Step from a tree line along Seminary Ridge and ó even on a cool day late in the year ó it’s easy to imagine the 12,500 Confederate soldiers who did the same on a hot July afternoon in 1863.
They formed ranks, unfurled their flags and set off across the field for God and glory. What they got was annihilation.
The battle ó which came to be known as “Pickett’s Charge” ó was the culmination of a three-day clash that all but ended the South’s dreams of Civil War victory.
The Confederates suffered better than 50 percent casualties in the assault that lasted less than an hour. The battlefield was blanketed by smoke, one Union soldier describing the “red mist” that resulted from Northern troops firing point-blank into the oncoming Southern troops.
I made my first trip to Gettysburg in 1967. I was 10. My family (my parents, my three brothers and I) rode in our old Ford Country Squire station wagon. Our dog, Wags, hung his head out the window all the way from North Carolina to Pennsylvania and back. We camped, which is as it should be when visiting a Civil War site.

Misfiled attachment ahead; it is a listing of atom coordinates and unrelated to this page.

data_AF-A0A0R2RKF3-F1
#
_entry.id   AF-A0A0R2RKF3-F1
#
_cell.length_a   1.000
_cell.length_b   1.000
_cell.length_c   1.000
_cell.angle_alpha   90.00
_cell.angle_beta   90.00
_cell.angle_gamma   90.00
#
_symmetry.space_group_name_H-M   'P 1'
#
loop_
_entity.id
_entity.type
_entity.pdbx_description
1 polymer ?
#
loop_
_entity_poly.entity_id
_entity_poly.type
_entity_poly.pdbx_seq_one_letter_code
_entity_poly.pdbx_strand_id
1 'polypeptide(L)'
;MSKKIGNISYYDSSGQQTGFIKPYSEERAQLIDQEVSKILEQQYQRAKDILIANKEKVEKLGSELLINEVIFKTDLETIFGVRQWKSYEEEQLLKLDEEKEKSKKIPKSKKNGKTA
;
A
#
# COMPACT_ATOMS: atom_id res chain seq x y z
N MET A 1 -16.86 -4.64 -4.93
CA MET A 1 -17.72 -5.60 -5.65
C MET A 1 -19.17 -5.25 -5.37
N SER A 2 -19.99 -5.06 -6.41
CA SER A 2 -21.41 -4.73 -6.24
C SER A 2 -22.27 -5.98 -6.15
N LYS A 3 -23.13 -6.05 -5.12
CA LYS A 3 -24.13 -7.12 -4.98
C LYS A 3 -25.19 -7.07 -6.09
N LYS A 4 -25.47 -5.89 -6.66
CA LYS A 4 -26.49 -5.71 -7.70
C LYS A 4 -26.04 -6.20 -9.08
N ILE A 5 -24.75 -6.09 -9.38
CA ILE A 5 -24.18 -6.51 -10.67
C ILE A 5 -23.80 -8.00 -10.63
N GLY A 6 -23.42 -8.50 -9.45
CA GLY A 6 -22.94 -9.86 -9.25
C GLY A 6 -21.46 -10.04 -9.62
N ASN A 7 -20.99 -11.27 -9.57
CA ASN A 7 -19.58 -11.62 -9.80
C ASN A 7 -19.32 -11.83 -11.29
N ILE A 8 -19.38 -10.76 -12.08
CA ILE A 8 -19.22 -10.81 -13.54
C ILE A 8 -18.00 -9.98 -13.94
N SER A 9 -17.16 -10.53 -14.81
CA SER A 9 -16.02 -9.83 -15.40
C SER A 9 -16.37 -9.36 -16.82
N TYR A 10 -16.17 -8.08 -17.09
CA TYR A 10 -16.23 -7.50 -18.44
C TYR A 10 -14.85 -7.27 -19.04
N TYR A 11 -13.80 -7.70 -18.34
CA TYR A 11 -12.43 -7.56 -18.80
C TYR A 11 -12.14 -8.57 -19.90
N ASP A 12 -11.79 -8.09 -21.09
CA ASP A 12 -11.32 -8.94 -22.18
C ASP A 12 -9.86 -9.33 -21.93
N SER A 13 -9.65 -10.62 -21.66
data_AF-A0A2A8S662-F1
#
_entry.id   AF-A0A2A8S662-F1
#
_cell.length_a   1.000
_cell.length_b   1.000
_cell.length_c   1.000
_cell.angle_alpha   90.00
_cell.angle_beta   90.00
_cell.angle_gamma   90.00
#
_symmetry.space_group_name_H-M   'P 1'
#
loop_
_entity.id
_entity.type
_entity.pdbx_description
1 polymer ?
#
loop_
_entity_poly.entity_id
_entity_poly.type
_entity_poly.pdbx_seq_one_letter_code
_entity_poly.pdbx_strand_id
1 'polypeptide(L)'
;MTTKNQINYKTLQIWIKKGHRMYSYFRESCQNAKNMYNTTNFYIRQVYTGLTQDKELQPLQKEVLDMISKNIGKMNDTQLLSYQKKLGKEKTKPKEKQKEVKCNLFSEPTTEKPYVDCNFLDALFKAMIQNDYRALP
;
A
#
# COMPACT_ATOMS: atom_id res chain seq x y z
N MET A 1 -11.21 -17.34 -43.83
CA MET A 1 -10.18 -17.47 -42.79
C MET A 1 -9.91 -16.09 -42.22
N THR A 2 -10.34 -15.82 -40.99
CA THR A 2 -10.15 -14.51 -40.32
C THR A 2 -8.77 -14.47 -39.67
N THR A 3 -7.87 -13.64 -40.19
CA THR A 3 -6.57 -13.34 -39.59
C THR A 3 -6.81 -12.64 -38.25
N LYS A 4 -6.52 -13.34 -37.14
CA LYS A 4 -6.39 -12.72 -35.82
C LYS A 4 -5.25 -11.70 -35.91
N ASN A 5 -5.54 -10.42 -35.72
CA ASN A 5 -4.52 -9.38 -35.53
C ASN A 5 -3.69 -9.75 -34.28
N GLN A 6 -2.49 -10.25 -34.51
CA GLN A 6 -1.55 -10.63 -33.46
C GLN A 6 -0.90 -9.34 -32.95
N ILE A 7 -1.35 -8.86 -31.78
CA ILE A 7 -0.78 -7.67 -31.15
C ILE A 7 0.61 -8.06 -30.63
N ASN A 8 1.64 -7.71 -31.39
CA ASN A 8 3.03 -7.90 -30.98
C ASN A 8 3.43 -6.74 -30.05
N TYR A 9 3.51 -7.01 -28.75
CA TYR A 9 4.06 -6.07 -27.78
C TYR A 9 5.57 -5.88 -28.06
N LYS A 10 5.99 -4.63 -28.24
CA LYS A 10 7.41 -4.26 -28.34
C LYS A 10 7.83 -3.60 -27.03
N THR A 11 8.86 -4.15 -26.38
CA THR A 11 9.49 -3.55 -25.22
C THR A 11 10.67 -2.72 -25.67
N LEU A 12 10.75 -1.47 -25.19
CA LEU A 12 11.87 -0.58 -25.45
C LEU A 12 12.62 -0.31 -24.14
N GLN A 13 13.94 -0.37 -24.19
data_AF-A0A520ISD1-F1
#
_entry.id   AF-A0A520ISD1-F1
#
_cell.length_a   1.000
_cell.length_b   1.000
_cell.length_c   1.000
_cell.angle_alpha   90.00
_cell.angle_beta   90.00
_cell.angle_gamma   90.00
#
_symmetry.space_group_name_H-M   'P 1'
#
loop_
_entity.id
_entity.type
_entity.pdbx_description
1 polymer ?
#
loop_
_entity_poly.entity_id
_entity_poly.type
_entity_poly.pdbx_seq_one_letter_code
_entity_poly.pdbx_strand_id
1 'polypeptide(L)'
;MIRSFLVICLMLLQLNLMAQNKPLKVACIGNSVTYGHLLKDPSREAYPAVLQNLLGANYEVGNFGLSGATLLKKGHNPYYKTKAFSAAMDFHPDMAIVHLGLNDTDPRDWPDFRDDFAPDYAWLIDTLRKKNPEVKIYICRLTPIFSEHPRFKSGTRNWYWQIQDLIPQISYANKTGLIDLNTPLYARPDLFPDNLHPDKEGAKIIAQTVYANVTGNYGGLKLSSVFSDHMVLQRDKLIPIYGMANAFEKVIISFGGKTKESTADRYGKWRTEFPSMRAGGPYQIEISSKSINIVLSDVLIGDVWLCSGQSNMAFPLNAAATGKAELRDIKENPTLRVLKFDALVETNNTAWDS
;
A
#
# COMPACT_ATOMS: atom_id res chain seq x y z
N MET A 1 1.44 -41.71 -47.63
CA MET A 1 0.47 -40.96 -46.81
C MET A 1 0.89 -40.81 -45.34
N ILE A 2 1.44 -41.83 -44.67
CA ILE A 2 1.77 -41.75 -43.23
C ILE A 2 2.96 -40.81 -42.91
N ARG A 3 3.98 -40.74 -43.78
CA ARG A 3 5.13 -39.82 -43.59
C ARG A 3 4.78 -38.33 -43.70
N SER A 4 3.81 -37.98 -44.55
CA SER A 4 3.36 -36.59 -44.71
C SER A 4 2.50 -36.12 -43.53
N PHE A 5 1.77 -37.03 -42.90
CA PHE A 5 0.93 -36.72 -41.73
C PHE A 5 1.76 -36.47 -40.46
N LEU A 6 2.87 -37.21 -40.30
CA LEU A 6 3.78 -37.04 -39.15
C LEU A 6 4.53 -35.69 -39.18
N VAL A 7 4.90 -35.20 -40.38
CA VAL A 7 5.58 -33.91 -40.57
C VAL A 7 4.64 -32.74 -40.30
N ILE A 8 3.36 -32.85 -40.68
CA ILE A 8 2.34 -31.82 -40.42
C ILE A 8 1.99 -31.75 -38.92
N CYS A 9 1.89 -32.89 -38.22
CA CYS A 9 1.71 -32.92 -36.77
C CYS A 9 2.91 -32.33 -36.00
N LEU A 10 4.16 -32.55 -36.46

My father was a Civil War buff and and I inherited from him my love of studying the grand event.
I’ve never done a lot of traveling, but I’ve been to Gettysburg at least 10 times. I wouldn’t admit this to just anyone, but I still get choked up on each visit, especially when I step onto the field where Pickett’s Charge played out.
Robert E. Lee, James Longstreet and George Pickett were among the Southern generals who walked Seminary Ridge and the adjoining battlefields. J.E.B. Stuart and his cavalry rode the surrounding countryside.
The battlefields of Gettysburg have undergone numerous changes in recent decades, most of them for the better.